The Barn is no more

At the corner of North Denver Avenue and North Lombard street in Portland Oregon, there’s a run-down building which until recently housed The Barn, a local bar.

On the sign with the full name of the bar (The Farmer’s Barn) we see the reason for the demise: Pat has died.

I didn’t fully realize until this moment that it was called the Farmer’s Barn. This is because until that sign was changed to Pat’s memorial information, it said, “Do not need a farm to enjoy the barn”

Both Yelp and Facebook have confirmed the closing of this bar. I learned from the Yelp reviews that they only served beer and wine, accepted no credit cards and had a happy hour from 7-11am. I usually saw people heading in around seven on the days when I rode my bike to work and took Denver. That explains that.

I will be interested to see if this building is replaced. My guess is yes.

R.I.P. Pat, and your Farmer’s Barn.

Song of the month January 2019


“Fast Talk” by Houses

This is one of those songs that I like even though everything is so muted I can’t really tell what’s going on.

Reading the lyrics I see an illustrative use of words, and a life that I haven’t lived, but hear about a lot in popular culture.

It seems to combine being ultra cool and laid back, with a more-or-less depressing message that kind of comes off as positive if you aren’t listening too closely.

Lotta stuff going on here.


“Hearts Beat Loud” from the movie Hearts Beat Loud

I watched this movie in the waning hours of 2018 and it was a great way to end the year. I’m a sucker for “making the music”-type movies, and so that scratched that itch. Plus, the winning charismatic combo of
Kiersey Clemons and Nick Offerman doesn’t hurt either.

The song itself is a good and happy one. Even though it’s kind of sad, lyrically.

Youth Media Awards 2019

The ALA conference was in Seattle this year, so I got to hear the Youth Media awards announced in the same time zone in which I live. This meant listening at work, but they were fine with it.

I also had the library catalog open and ready to place holds.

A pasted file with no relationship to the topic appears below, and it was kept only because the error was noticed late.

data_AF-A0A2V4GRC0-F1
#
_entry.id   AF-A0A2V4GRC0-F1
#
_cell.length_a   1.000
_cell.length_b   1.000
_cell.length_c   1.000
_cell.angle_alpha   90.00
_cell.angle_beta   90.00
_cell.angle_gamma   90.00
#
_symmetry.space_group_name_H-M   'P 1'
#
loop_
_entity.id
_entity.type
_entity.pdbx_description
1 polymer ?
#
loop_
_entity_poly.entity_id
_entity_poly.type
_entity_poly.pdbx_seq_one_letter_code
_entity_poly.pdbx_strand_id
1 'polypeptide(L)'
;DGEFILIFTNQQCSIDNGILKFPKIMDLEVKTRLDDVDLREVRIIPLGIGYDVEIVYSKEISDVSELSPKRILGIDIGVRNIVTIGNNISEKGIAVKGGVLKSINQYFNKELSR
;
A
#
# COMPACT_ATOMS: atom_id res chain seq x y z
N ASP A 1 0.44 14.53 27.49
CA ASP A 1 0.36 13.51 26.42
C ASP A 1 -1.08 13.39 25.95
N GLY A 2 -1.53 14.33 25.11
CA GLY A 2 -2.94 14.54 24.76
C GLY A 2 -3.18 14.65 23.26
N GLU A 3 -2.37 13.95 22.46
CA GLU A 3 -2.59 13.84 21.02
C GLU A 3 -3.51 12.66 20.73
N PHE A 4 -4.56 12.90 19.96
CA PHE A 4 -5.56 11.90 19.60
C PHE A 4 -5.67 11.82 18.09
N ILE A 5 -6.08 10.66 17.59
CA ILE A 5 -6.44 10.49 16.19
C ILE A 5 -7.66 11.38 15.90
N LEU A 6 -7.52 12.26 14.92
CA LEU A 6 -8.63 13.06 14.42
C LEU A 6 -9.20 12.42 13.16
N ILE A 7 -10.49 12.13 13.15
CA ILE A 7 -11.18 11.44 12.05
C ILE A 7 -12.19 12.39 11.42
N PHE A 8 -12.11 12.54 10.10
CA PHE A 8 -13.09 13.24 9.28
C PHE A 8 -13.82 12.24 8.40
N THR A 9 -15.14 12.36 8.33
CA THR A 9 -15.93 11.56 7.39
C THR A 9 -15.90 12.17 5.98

It was a special year this year because I knew someone on the committee that chose the Printz Award (it’s like the Newberry, but for YA books.)

I had no idea what she was gunning for, but I’m pleased with the Printz award winner, The Poet X. Also pictured on the other screen with Multnomah County’s website, Printz honor book I, Claudia, which future me can tell you is very good.

There’s Danielle’s name, right there on the screen! I’ll never be on the Printz Award Committee, but I can be excited when my friends get to be.

Over 10 years of living with my stove and I finally discover…

…holy crap, the top lifts up for easy cleaning!

I’ve been trying to clean that drip pan area from the top through the burner holes the entire time. This is much better!

This all came about because both large elements gave up the ghost and I bought four new ones, plus new drip pans. In doing a thorough scrub, I happened to lift the stovetop up and to my surprise, it moved!

Here’s to new features on old appliances.

The evening in which we throw axes

Matt visited his brother in Indianapolis earlier this month. He sent me pictures of him standing in front of a bullseye painted on wood next to a hatchet wedged deep into the wood.

“What is this?” I asked him

“Ax throwing,” he replied. “It’s a thing here.”

“I’m surprised we don’t have that thing here,” I typed

Turned out, we did.

We threw axes at Jack Axe, which is located in the Tiki Family Fun Center in Gresham. We arrived 20 minutes early as requested, heard the safety information and the lesson and then were set loose on the range with four other people.

Our four other people turned out to be great fun, inventing different ways to throw an ax (on one foot; with your eyes closed!) and providing challenges such as affixing a $5 bill to the target. It made our 60 minutes go by quickly.

I was able to hit the target several times. It’s a very satisfying sensation when the ax sticks. Jack Axe wets down the wood, though, so I’m not sure I would have such good results out in the wild.